The Virginia resident, who graduated from Johns Hopkins recently with a Ph.D. in human genetics, had hoped to land a job with an academic or government lab focused on HIV/AIDS. She has a particular interest in long-term nonprogressors—HIV-infected individuals who are able to control HIV for up to a decade or more without ever taking ARVs.
When talk turns to the kind of neutralizing antibodies that can prevent HIV infection, it always revolves around one and just one HIV protein: the Envelope (Env) protein that forms the viral spike. That’s because Env is thought to be the only protein HIV carries on its surface, exposed to antibody targeting.
A functionally cured CROI baby? Check out our latest issue of VAX for more details of this interesting case, which was presented at the 20th Conference on Retroviruses and Opportunistic Infections. The March VAXalso covers therapeutic vaccination and the start of a new AIDS vaccine trial in Africa that employs a novel viral vector.
A few days ago, French researchers published a study showing that some patients who start antiretroviral therapy (ART) early, during acute infection, seem to be able to control HIV after stopping therapy, suggesting that they may be functionally cured (PLoS Pathog. 9, e1003211). But there's a lot more to this story--and IAVI Report covered it all last year. If you'd like to know more about this study, its context and the ongoing debate about how soon ART should be started, check out the article in the September-October issue of our magazine.
You’d think scientists would know all there is to know about the biological effects of a substance that has been used for decades to make vaccines. Well, think again. For one thing, they still haven’t figured out how exactly the humble adjuvant alum works—and this concoction of insoluble aluminum salts has been used for more than 80 years to boost the efficacy of childhood immunizations. And for most of that period, it has been the only adjuvant used in human vaccines.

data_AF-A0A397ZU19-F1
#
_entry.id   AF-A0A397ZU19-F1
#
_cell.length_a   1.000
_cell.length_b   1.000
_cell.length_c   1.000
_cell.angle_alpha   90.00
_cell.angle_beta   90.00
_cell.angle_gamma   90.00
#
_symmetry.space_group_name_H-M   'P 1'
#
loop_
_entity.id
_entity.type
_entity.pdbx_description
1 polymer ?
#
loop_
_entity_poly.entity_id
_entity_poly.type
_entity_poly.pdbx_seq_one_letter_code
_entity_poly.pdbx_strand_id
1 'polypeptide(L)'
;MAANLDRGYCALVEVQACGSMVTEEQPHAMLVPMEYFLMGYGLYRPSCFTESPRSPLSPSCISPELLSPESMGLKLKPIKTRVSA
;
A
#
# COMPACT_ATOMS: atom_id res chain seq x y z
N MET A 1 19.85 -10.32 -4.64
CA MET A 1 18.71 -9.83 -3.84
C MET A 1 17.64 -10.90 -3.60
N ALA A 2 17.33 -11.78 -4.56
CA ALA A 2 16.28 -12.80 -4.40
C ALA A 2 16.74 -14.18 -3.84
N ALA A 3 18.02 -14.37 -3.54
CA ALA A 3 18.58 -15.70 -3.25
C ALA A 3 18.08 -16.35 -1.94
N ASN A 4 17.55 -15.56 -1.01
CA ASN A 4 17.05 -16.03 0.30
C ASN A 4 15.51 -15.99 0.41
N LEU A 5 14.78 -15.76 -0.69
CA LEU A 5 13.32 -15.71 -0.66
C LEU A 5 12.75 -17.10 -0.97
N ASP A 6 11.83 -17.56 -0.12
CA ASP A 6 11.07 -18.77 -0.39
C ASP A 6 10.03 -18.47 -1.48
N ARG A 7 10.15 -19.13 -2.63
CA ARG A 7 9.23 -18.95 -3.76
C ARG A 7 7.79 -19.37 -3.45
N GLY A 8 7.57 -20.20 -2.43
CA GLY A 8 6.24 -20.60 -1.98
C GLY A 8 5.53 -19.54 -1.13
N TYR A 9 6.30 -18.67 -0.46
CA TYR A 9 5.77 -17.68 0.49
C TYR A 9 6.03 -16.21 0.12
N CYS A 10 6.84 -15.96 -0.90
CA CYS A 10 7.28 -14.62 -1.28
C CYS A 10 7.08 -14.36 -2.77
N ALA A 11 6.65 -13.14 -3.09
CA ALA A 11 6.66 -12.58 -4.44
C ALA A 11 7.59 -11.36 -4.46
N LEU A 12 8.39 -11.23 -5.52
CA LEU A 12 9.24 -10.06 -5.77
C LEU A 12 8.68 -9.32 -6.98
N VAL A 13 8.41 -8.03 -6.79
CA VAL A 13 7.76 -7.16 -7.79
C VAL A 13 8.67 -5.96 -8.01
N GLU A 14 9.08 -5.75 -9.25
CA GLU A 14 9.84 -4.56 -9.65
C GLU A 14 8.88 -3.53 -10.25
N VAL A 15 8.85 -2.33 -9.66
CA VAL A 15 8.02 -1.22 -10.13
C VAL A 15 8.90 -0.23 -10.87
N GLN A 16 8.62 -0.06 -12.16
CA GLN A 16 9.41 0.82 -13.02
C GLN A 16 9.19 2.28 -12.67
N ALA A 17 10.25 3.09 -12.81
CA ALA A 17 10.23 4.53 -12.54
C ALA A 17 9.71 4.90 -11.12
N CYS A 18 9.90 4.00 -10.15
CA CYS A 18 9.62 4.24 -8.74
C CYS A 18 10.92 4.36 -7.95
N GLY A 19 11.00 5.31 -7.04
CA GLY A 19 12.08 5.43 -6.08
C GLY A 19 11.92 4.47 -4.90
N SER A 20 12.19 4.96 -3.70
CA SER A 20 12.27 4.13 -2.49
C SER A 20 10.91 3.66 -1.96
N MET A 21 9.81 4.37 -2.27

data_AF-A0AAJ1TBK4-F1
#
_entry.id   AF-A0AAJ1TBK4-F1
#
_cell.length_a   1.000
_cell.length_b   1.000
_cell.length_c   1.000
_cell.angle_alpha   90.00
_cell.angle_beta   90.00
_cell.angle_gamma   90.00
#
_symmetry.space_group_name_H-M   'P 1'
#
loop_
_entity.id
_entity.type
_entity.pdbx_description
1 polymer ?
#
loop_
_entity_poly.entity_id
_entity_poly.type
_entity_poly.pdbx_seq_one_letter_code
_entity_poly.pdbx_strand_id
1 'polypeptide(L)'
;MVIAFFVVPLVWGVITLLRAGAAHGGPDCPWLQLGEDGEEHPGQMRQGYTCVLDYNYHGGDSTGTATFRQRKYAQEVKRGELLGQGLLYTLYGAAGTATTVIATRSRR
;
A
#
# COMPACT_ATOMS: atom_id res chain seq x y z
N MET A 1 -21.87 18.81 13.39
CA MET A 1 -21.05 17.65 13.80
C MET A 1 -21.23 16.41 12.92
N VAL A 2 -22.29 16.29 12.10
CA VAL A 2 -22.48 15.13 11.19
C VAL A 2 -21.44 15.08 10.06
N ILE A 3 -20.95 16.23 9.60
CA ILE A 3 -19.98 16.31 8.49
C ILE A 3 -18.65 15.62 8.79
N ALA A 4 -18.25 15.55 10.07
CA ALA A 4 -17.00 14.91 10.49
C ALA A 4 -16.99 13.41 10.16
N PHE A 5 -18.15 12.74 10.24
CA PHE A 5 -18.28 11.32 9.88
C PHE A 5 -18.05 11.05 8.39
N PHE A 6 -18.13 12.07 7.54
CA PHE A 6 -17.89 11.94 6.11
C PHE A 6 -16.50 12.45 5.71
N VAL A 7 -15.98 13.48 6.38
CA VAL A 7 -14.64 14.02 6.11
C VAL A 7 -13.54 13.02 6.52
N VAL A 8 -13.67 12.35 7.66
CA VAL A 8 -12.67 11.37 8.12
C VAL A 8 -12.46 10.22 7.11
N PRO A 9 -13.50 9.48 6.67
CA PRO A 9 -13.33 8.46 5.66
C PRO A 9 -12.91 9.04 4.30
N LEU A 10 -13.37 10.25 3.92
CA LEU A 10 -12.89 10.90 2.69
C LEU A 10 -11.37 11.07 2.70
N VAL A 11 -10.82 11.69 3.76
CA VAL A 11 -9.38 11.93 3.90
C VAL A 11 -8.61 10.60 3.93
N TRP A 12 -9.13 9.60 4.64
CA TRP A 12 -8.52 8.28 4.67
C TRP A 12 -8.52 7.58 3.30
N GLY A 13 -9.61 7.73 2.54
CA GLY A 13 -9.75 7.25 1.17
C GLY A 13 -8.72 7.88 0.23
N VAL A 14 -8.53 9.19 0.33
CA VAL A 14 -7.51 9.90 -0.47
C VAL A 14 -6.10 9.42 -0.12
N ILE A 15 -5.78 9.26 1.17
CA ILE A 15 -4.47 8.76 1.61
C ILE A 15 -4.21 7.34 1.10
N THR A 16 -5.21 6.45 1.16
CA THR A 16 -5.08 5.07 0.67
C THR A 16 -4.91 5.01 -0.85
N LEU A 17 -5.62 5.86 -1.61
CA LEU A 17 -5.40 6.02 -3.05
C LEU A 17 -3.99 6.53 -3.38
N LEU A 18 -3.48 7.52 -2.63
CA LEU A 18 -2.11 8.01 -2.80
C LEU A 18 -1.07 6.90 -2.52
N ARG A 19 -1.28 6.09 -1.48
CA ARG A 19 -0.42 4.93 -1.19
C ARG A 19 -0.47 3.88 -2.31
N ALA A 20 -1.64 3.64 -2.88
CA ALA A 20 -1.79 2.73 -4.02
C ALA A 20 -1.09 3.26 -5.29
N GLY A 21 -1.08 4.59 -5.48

Researchers have lately found dozens of broadly neutralizing antibodies (bNAbs) in HIV-infected people. Unlike their less capable peers, these relatively rare antibodies can neutralize most circulating HIV strains. But only about 20% of HIV-infected people develop bNAbs. What’s more, compared with their precursors in the germline, bNAbs accumulate a large number of mutations, or unusual structural features, to acquire their impressive breadth and potency—through a process known as affinity maturation that appears, in most cases, to take many years.
For a sizeable number of scientists from the US National Institute of Allergy and Infectious Diseases (NIAID), the 20th Conference on Retroviruses and Opportunistic Infections was over before it began.
The trial known as VOICE—for Vaginal and Oral Interventions to Control the Epidemic—was launched in 2009 to evaluate the efficacy of daily topical and oral antiviral drugs in preventing HIV transmission among high-risk heterosexual women from three African countries.
Much of the recent surge in HIV cure research in the clinical setting has focused on HIV-infected adults. This makes sense, since much of it has been inspired by the celebrated case of Timothy Brown, the so-called “Berlin patient,” who has been free of HIV since he received a stem cell transplant from a donor naturally resistant to HIV.
Most antibody-related talks at the meeting stressed the importance of broadly neutralizing antibodies for protection from HIV infection. But Olga Malykhina from Tom Hope’s lab at Northwestern University said that antibodies that just bind to HIV might be sufficient for preventing infection.
Antibodies continued to be a major theme here at the Keystone Symposia on HIV Vaccines and B Cell Development and Function, when Barney Graham of the National Institute of Allergy and Infectious Diseases (NIAID) at the NIH gave an overview of projects at the NIAID’s Vaccine Research Center that involve passive immunization with broadly neutralizing antibodies (bNAbs). The advantage of passive immunization is clear: There is no wait until a vaccine induces highly affinity matured bNAbs, which can take a long time to develop.